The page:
New Delhi, June 14: There is something unexplainable, eerily frightening about mob fury in the country. The frequency with which mob vigilantism is rearing its ugly head pinpoints towards systematic failure of the government machinery and society at large.
Why people in the country are going berserk and lynching their own? What explains mob violence and lynching? Sometimes if the death of an innocent person at the hands of an angry and a violent group of people is attributed to cow smuggling, on another occasion, the victim is being sacrificed at the altar of hate politics.
The reasons for people to take law into their hands are many, but the result is always the same--death of an innocent, helpless man. Earlier, while there was an impression that often victims of lynching are Muslims and Dalits, the theory is slowly getting shattered.
If in 2015, Mohammad Akhlaq of Dadri, Uttar Pradesh was lynched for allegedly storing beef in his refrigerator, on Friday (June 8) Abhijeet Nath and Nilotpal Das were killed by a crowd in Assam's Karbi Anglong district over suspicion of being child lifters.
As the nation was still grappling with the tragic and horrific deaths of Nilotpal and Abhijeet, on Wednesday reports stated that two Muslim men were lynched in Jharkhand's Godda on suspicion of cattle theft.
Tomorrow, it could be you and I, who might join the list of victims of mob vigilantism. The reasons for our sudden, unpredicted deaths could be as flimsy and unsubstantiated like the ones that lead to the killings of Akhlaq, Nilotpal and Abhijeet.
It is not that earlier the nation did not saw such gruesome murders by faceless mob. Violence has been a part and parcel of our society (for that matter any country), but what makes these lynching horrific is the fact that these days the crime is recorded on smartphones and circulated on social media for all to see.
In many occasions, the crowd fury was triggered by rumours spread on social media, an example of which is the recent lynching episode in Karbi Anglong. The worst part is that most often the perpetrators of lynching (in spite of being seen in viral videos) go scot free. Families of Akhlaq, Pehlu Khan, who was killed by gau rakshak (cow vigilantes) in Rajasthan last year, and many like them are still waiting for justice.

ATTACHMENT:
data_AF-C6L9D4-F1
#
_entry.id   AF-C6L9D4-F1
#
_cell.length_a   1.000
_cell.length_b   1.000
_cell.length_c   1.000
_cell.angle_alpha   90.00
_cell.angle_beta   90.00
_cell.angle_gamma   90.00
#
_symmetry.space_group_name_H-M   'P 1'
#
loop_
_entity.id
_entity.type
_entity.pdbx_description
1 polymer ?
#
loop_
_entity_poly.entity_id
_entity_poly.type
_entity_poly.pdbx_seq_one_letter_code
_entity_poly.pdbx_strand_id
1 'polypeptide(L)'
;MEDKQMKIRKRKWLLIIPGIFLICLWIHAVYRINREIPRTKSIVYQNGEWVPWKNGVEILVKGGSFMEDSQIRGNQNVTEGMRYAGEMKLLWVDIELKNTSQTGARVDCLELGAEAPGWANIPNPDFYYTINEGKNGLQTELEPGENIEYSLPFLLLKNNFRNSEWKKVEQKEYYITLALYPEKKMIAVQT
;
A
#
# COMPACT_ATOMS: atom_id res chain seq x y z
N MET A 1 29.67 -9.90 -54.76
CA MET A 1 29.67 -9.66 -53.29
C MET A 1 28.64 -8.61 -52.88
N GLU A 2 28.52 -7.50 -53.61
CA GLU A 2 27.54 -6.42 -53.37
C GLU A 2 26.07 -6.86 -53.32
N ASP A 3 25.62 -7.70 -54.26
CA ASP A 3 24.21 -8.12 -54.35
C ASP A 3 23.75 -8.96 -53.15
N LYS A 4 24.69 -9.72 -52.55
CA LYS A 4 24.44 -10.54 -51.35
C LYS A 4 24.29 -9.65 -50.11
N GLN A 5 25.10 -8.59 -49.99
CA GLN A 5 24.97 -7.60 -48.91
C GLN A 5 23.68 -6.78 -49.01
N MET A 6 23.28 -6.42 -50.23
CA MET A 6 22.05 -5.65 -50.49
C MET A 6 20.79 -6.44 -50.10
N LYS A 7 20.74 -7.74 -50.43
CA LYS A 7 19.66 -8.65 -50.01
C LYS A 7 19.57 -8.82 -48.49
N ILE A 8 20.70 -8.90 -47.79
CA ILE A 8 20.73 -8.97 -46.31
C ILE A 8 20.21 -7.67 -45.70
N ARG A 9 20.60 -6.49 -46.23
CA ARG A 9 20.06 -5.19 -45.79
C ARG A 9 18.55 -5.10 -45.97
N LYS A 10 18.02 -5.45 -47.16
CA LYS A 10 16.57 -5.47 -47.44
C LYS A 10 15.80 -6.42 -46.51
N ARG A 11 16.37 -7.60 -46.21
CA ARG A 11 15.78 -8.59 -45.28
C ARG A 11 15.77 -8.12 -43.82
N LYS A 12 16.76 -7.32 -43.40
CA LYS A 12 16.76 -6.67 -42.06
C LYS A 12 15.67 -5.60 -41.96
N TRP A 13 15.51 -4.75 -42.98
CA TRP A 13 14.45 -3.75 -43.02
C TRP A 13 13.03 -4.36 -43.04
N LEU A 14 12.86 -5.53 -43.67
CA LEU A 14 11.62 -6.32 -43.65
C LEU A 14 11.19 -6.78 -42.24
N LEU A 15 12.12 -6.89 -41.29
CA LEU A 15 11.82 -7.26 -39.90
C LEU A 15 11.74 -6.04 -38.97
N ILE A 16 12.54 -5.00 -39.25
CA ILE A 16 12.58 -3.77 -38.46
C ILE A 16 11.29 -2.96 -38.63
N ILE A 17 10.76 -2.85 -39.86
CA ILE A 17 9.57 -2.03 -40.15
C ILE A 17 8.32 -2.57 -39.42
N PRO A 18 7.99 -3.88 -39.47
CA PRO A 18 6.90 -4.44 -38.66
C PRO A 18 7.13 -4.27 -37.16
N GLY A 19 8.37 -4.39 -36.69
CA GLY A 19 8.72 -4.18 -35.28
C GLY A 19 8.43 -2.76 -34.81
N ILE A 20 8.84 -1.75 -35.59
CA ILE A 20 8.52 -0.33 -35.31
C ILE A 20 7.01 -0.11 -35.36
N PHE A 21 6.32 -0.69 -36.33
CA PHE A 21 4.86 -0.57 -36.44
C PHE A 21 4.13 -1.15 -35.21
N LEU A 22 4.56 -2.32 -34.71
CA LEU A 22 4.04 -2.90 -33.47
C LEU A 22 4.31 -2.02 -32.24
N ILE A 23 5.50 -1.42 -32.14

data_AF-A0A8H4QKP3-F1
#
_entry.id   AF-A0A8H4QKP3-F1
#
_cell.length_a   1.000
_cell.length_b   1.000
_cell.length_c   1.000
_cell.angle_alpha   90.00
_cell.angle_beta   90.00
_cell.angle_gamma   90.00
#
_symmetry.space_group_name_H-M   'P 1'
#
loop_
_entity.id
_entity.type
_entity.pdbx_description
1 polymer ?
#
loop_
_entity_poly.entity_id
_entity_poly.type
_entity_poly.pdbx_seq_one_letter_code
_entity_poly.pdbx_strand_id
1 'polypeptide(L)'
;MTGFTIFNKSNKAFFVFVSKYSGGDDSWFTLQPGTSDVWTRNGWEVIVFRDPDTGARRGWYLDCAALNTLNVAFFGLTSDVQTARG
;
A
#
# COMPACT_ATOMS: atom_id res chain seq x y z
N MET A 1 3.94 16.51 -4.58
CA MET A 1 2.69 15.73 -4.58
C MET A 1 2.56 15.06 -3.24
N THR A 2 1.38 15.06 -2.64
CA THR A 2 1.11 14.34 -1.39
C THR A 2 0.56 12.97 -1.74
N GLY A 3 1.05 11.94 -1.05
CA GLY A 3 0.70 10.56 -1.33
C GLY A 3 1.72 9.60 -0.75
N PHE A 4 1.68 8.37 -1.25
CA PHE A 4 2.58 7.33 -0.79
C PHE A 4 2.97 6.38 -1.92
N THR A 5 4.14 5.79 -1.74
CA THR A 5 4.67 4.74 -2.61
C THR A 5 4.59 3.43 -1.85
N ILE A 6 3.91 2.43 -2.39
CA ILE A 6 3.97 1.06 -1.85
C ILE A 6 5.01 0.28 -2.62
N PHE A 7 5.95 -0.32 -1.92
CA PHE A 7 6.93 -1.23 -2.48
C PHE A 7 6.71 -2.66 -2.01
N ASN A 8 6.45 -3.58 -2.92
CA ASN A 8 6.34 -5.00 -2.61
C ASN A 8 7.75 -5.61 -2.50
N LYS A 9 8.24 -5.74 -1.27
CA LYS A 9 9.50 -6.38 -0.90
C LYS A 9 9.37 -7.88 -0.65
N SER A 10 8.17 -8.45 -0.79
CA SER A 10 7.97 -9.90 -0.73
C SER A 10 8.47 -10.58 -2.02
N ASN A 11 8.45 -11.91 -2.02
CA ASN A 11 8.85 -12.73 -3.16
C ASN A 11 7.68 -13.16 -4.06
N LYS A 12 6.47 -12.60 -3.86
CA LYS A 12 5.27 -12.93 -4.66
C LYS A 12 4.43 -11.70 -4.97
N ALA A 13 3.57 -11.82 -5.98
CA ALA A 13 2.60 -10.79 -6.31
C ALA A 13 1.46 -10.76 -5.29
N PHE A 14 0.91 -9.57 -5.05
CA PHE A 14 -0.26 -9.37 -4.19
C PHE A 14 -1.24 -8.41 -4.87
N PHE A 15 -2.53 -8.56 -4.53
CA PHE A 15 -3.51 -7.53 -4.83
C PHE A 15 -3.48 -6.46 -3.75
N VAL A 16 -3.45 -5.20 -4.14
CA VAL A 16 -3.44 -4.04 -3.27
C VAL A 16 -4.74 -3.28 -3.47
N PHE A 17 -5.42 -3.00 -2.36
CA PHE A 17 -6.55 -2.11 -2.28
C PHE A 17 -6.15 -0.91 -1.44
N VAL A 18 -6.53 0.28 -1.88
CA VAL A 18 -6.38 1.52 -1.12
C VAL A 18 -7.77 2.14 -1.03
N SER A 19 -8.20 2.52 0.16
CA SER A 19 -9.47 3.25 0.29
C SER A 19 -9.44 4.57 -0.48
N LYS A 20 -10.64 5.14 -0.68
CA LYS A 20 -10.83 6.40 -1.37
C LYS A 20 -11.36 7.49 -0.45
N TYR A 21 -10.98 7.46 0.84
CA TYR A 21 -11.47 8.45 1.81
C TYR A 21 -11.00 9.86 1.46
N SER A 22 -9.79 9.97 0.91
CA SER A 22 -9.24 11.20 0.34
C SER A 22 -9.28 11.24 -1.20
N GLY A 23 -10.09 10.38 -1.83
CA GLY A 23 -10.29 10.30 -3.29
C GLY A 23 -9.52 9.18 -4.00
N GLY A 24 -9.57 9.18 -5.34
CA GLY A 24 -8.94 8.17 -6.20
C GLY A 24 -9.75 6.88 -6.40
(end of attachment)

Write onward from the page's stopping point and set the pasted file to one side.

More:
Who dares to film such barbarity unfolding in our neighbourhoods? It's a spectator, one among us, who is privy to violence and killing. Why no one from the crowd ever stands up to save the victim? Why policemen always arrive late to the crime spot?
All these questions mostly have no answers, but the fact remains that at least 101 people have died because of mob violence from 2015 till now, as per a report by The Quint.
According to an IndiaSpend content analysis of the English media done in July last year, of the 28 Indians who died because of mob violence since 2010, 24 were Muslim, or 86 per cent. As many as 124 people were also injured in these attacks, added the IndiaSpend report. "More than half (52 per cent) of these attacks were based on rumours, our analysis found," wrote IndiaSpend.
While there is no government data to prove the exact number of deaths related to lynching, most cases follow a pattern--a mob going berserk over a rumour on WhatsApp or Facebook, victims are attacked till they are dead, the gory episodes are filmed and circulated on social media, policemen arrive late to the crime spot and at times direct or indirect support to the perpetrators of the crime by political parties.
Who can we blame for such crimes? Is the government responsible for the spread of unprecedented hatred and intolerance towards each other? Or lynching is a social malady that has become cancerous?
Before mob lynching becomes normal like rapes and murders--we need to ponder--is our democracy becoming a mobocracy?